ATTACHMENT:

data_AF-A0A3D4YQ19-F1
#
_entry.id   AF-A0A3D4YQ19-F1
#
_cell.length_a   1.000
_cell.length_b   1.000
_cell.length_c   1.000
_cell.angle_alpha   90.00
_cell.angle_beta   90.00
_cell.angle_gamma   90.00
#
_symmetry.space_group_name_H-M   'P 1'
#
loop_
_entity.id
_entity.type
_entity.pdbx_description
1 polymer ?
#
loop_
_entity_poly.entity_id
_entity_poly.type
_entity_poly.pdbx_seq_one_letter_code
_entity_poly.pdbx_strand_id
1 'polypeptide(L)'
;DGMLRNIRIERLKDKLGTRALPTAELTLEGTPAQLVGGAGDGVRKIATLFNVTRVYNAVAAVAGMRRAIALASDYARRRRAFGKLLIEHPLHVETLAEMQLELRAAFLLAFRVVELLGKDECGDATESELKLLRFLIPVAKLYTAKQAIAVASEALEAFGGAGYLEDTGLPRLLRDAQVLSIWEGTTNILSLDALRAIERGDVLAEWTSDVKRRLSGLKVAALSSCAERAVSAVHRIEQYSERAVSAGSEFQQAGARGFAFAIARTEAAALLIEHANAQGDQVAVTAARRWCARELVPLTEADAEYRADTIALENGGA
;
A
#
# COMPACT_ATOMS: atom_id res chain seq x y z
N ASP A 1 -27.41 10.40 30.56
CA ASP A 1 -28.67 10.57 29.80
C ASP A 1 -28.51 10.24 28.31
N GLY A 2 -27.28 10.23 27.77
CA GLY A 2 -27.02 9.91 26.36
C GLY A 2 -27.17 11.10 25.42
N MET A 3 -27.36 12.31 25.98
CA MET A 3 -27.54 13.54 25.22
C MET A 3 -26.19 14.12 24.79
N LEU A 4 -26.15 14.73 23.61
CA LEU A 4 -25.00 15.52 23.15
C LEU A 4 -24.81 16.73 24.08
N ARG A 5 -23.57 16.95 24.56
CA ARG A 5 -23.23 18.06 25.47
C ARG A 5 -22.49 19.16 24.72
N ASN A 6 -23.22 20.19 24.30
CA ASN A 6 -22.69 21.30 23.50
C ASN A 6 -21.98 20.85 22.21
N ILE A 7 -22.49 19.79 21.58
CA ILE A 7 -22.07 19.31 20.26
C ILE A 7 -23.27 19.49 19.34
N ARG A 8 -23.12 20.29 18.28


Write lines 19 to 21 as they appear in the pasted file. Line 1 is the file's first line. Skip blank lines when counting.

#
loop_
_entity_poly.entity_id